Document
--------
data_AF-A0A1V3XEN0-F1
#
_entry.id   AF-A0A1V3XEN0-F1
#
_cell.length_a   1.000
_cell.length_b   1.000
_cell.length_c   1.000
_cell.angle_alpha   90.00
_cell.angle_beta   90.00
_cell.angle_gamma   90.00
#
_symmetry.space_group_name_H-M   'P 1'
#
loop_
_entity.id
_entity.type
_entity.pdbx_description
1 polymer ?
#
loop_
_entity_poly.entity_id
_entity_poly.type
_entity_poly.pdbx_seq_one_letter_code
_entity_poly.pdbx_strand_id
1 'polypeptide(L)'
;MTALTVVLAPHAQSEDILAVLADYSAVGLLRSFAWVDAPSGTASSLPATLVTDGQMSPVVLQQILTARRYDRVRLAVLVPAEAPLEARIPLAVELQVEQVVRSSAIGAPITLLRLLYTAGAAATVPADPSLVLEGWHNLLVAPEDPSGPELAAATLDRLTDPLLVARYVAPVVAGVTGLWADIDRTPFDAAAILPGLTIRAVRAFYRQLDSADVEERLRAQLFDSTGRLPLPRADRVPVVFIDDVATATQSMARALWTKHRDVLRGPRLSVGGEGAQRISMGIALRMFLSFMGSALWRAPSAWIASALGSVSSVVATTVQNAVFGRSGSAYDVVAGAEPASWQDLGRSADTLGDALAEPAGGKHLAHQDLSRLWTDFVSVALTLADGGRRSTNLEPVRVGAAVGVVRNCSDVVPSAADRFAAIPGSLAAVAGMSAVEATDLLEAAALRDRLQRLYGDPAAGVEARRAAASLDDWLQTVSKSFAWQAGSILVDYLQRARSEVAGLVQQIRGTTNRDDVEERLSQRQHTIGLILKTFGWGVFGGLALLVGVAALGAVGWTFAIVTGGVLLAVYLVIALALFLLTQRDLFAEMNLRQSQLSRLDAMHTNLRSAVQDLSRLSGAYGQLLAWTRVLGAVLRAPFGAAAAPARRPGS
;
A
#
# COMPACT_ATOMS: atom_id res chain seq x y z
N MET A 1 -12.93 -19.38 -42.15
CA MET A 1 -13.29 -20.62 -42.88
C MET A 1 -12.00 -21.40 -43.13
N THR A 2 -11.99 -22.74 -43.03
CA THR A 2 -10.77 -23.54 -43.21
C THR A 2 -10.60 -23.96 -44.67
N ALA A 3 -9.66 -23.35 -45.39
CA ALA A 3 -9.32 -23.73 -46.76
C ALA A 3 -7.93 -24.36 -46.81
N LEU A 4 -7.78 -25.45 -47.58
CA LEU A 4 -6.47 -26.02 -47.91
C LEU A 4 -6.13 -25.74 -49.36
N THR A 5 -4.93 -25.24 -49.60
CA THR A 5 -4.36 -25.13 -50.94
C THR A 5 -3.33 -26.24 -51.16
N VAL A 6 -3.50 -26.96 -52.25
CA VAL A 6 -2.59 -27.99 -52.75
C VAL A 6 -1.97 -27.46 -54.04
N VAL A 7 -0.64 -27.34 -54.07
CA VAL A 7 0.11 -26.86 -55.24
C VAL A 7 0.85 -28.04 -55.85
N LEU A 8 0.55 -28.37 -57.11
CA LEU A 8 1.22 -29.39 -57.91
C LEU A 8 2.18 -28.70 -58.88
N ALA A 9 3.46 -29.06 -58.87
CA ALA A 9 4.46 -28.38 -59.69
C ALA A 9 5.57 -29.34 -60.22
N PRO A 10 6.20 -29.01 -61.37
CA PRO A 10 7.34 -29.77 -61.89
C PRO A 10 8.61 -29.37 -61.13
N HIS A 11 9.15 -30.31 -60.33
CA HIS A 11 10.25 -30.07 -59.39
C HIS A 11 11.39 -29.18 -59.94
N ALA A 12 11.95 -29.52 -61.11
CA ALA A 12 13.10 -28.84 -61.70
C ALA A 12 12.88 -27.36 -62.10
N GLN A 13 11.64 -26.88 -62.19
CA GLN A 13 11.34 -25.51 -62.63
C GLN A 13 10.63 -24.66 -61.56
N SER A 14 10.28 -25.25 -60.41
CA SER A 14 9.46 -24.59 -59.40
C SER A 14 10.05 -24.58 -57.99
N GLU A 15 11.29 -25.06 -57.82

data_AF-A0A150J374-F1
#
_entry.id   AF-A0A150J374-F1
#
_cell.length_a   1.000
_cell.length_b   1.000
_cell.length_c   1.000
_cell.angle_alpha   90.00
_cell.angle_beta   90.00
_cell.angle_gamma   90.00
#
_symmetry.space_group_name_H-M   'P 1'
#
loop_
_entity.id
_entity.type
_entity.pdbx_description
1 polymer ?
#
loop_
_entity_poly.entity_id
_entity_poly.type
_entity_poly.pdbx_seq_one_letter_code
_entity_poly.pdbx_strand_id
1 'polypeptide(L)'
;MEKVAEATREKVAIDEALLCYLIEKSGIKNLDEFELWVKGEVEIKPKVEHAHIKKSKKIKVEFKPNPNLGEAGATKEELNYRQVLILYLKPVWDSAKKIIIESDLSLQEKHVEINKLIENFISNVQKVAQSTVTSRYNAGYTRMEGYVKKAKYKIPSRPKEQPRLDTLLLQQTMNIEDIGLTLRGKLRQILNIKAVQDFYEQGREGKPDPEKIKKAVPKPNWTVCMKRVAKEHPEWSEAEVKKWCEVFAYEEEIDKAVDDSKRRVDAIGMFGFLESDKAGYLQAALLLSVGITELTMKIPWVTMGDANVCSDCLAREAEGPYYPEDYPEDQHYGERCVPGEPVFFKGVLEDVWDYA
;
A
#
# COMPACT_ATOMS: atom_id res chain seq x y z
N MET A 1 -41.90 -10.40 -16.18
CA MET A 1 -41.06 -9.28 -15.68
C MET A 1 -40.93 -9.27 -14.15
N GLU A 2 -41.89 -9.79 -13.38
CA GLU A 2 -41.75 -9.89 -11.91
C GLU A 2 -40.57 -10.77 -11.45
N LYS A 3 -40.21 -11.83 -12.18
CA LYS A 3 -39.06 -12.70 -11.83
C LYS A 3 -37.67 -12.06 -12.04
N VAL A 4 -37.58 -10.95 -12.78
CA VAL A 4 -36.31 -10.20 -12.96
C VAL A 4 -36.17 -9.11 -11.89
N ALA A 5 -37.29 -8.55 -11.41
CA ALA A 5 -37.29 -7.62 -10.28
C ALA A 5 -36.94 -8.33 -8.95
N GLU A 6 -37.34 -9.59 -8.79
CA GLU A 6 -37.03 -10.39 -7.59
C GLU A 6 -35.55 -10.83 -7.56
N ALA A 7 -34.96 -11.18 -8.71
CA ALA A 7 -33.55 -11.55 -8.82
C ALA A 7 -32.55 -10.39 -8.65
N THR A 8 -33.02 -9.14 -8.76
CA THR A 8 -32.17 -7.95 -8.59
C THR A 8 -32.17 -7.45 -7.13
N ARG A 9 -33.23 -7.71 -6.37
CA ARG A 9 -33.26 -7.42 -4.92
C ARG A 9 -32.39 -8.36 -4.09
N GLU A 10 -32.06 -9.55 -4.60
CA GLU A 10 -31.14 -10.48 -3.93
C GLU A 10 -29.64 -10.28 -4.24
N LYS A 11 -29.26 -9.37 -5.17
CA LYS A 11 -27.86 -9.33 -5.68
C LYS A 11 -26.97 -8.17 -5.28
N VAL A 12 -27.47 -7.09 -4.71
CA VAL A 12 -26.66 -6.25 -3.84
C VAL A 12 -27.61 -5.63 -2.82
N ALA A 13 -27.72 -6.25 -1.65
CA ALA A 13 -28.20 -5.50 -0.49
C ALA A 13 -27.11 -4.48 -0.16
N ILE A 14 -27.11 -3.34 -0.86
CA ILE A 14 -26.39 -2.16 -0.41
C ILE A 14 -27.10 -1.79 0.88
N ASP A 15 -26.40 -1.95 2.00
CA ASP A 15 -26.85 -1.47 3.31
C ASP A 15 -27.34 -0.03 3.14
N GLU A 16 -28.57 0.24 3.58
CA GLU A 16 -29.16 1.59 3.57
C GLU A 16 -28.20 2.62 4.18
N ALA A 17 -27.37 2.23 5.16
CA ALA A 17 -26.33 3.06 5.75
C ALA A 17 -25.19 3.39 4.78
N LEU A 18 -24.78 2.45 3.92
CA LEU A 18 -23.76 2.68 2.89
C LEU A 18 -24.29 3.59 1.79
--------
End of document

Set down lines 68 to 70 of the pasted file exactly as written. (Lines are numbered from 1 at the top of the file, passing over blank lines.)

CA GLN A 13 11.34 -25.51 -62.63
C GLN A 13 10.63 -24.66 -61.56
N SER A 14 10.28 -25.25 -60.41